Blog: Not quite normal: a holiday, an inauguration, and a painful budget

Blog: Not quite normal: a holiday, an inauguration, and a painful budget

Senate President Mike Miller

Things are not quite back to normal at the State House this week, and they won’t really be till next Monday.

Today, because the legislature’s opening on the second Wednesday of January fell so late in the month, the calendar ran smack into the Martin Luther King Holiday. State offices are closed, no hearings are scheduled but the House and Senate will meet as usual on Monday night to mark the holiday with commemorative speeches. A subfreezing wreath-laying in rain or snow at the MLK memorial tree at the front of the State House is scheduled before session.

Annapolis under a painted skyThe State House dome has returned to white at night, and Government House across the street has shed its purple hue and is back to red brick.

The members of the media that were falling all over themselves for Wednesday’s swearing-in are now gone, and the press corps is back to its more normal shrunken size – this year bolstered again by the online presence of and now, some of the same faces of the old media now working in the new media. The 2009 controversy about who should be part of the State House press corps has slipped away. The proposed regulations to revive the State House Correspondents Association are now in someone’s back drawer.

So the reporters are still dependent on the kindness of the governor’s office for free work space in tiny cubicles, free light and heat, and now free parking at the Navy-Marine Corps stadium. News organizations whose policies won’t allow reporters to accept a free hot dog or a beer from politicians at a picnic are willing to take free rent and utilities on the taxpayers’ dime.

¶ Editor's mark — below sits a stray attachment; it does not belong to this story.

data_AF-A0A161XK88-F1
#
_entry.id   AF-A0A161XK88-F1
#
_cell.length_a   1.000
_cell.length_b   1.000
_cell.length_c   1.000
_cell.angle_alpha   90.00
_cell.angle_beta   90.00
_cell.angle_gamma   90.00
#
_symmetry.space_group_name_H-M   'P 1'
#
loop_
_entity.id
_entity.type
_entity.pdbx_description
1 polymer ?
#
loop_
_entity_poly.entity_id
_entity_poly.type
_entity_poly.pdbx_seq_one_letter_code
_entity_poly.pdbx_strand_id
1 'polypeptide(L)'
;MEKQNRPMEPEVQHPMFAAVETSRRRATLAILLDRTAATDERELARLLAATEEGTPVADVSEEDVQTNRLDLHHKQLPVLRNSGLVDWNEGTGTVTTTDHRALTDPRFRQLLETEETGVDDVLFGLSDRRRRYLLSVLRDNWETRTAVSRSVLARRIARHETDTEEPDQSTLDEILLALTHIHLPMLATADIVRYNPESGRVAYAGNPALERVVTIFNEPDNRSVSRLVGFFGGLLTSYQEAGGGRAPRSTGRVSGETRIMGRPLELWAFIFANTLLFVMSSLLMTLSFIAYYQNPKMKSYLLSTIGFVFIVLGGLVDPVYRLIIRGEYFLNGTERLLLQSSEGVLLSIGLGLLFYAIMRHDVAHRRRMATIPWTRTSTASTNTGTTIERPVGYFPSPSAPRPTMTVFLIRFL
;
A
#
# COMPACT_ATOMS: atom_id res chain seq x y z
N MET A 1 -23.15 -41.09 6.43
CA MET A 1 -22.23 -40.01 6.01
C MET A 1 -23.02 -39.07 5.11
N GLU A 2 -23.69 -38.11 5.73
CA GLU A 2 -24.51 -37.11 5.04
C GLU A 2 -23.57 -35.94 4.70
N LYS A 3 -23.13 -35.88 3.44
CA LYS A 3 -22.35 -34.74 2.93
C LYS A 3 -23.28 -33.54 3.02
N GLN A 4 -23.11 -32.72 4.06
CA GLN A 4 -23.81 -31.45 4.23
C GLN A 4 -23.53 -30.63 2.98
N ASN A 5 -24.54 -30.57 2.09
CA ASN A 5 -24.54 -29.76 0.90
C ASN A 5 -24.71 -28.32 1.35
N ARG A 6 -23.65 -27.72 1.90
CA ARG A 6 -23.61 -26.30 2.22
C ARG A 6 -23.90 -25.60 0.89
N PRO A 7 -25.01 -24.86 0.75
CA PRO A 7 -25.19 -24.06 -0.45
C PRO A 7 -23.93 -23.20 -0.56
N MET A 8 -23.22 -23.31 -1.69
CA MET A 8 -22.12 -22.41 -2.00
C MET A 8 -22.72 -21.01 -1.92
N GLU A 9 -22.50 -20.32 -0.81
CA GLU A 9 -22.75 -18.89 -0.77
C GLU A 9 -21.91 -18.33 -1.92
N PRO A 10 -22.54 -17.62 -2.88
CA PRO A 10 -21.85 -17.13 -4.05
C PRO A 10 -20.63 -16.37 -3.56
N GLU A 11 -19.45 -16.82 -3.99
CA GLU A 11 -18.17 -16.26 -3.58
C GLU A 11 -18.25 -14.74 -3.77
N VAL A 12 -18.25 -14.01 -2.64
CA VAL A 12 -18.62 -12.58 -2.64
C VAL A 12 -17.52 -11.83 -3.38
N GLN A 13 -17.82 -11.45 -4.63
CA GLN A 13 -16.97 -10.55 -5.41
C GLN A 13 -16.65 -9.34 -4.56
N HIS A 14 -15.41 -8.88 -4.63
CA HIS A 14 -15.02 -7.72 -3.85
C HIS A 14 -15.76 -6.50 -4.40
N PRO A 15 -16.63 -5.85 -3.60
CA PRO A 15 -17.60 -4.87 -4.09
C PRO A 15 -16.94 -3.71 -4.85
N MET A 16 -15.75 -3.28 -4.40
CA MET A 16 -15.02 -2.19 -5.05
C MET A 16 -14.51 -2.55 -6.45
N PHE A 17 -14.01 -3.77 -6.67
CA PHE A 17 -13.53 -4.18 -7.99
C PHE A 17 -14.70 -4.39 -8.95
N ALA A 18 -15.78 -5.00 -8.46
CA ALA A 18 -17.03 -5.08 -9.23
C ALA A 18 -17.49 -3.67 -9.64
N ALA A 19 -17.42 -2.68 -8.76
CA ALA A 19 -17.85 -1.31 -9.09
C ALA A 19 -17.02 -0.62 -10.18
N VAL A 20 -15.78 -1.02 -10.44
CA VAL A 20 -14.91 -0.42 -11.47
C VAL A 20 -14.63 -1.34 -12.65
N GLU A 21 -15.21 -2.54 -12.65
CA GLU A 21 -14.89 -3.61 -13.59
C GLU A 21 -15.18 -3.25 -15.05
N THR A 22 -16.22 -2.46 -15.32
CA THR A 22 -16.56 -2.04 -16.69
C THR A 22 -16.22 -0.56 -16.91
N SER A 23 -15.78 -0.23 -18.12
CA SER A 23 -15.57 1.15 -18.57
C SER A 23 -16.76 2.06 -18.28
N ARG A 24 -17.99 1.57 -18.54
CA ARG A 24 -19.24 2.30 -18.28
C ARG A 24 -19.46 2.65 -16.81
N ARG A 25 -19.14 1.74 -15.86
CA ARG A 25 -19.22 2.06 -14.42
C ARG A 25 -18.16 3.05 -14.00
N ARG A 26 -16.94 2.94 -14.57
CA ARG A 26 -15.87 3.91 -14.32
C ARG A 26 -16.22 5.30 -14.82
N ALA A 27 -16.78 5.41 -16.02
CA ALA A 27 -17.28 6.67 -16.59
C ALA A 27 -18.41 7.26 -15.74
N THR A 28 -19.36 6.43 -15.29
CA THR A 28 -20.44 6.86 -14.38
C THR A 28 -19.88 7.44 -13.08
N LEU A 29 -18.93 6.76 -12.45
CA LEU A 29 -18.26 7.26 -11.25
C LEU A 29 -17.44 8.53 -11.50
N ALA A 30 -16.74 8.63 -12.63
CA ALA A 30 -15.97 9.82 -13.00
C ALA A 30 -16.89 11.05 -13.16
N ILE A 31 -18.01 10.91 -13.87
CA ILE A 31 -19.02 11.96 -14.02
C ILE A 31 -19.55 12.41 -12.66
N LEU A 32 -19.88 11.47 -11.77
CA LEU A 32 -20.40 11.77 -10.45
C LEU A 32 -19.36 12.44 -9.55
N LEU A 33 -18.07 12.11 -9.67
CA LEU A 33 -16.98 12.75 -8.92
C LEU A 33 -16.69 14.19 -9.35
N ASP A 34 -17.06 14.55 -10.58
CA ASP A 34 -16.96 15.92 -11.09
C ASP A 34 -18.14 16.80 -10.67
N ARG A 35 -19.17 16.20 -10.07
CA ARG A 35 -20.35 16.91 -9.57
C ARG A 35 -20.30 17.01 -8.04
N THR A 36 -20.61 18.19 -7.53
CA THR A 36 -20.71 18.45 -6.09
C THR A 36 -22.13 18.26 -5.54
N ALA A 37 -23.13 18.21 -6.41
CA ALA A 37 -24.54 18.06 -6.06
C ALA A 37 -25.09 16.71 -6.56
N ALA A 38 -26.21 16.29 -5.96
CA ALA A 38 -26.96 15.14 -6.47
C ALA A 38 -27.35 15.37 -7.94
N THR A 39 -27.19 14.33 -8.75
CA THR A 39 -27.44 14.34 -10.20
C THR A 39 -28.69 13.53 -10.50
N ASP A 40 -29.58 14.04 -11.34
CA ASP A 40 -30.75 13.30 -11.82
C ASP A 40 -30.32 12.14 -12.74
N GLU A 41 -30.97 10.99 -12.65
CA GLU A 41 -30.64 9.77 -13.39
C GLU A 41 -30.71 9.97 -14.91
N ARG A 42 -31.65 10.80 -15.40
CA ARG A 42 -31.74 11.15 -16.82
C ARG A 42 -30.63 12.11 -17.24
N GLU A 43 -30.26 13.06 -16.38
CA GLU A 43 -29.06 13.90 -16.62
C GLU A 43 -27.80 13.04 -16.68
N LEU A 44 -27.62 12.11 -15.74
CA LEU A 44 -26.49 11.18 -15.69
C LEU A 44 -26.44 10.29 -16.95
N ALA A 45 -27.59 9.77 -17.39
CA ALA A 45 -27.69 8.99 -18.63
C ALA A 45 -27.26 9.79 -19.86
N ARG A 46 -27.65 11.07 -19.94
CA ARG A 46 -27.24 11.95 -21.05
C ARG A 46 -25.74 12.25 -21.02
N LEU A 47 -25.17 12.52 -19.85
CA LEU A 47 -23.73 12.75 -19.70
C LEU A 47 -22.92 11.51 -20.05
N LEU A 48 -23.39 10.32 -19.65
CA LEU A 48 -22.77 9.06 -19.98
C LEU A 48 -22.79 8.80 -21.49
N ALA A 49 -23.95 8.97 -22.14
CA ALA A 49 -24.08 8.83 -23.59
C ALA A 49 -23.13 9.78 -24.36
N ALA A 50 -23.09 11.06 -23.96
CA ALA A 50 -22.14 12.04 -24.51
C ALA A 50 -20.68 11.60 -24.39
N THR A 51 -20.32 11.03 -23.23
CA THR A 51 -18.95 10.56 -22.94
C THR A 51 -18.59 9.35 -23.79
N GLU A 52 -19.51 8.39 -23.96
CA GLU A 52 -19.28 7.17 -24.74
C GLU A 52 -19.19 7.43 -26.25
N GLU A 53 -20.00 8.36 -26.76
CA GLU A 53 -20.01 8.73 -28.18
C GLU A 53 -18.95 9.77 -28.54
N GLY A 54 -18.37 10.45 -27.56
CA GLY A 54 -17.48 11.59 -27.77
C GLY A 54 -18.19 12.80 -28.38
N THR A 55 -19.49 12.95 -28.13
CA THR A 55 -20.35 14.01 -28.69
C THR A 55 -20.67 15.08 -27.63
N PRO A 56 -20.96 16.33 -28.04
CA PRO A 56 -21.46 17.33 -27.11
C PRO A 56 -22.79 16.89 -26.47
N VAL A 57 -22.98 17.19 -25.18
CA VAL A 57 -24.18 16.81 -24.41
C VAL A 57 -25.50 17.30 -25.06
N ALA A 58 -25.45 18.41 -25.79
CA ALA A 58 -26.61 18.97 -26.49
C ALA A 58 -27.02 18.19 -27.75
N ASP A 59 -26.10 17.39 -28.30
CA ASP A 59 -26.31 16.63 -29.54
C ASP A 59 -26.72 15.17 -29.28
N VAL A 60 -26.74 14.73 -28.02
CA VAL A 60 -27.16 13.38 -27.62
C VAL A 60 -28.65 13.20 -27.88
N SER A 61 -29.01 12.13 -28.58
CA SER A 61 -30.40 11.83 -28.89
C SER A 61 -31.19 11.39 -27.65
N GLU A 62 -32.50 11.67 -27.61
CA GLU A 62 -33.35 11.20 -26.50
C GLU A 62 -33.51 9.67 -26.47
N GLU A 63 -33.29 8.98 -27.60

We’ll be falling all over ourselves again on Wednesday for the inaugural of the governor and lieutenant governor. So many of the media are expected that we had to apply for special one-day media credentials for what is billed as a scaled back inauguration.

What will Gov. Martin O’Malley say in his inaugural address? Will it be chock full of “One Maryland” (found on the inaugural invitation) or more “Moving Forward,” the campaign theme kept alive by five forums in the last two weeks?

Three of the 10 standing committees have scheduled perfunctory hearings Wednesday after the noon swearing in, but mostly it’s party time again until the inaugural ball at the 5th Regiment Armory in midtown Baltimore, with much fewer celebrants expected than in 2006.

The celebrating will be over pretty quickly come Friday afternoon when the governor unveils his fiscal 2012 budget – full of pain and tough choices without tax increases, we are promised . That may be the new normal.

The quotable Mike Miller

At the annual pre-session Democratic Party luncheon Tuesday, the Senate president promised: “This is the new and improved Mike Miller. I won’t be doing any crazy sound bites.” That comment drew jeers and expressions of disbelief.

Mike Miller

Senate President Mike Miller

Not to worry. We’re back to normal with Mike at the mic.

From the Senate rostrum the next day, he decried newspaper accounts that “Miller says the beer tax is nonsense.”

“That’s nonsense,” said Miller, noting he voted for the last hike in the beer tax in 1972.

He said later he’s not opposed to a small hike in alcohol taxes, but the “dime-a-drink” proposal being pushed would actually raise the tax on distributors by 700% on beer and 1300% on spirits.

“What they’re proposing is total insanity,” he told economic development officials an hour later. “These people are not business people. They don’t understand business.”

And in the same talk, Miller beginning his 41st year in the General Assembly and his 25th as Senate president, said: “I’m sort of like the poster child for term limits.”

—Len Lazarick

About The Author

Len Lazarick

Len Lazarick was the founding editor and publisher of and is currently the president of its nonprofit corporation and chairman of its board He was formerly the State House bureau chief of the daily Baltimore Examiner from its start in April 2006 to its demise in February 2009. He was a copy editor on the national desk of the Washington Post for eight years before that, and has spent decades covering Maryland politics and government.

Support Our Work!

We depend on your support. A generous gift in any amount helps us continue to bring you this service.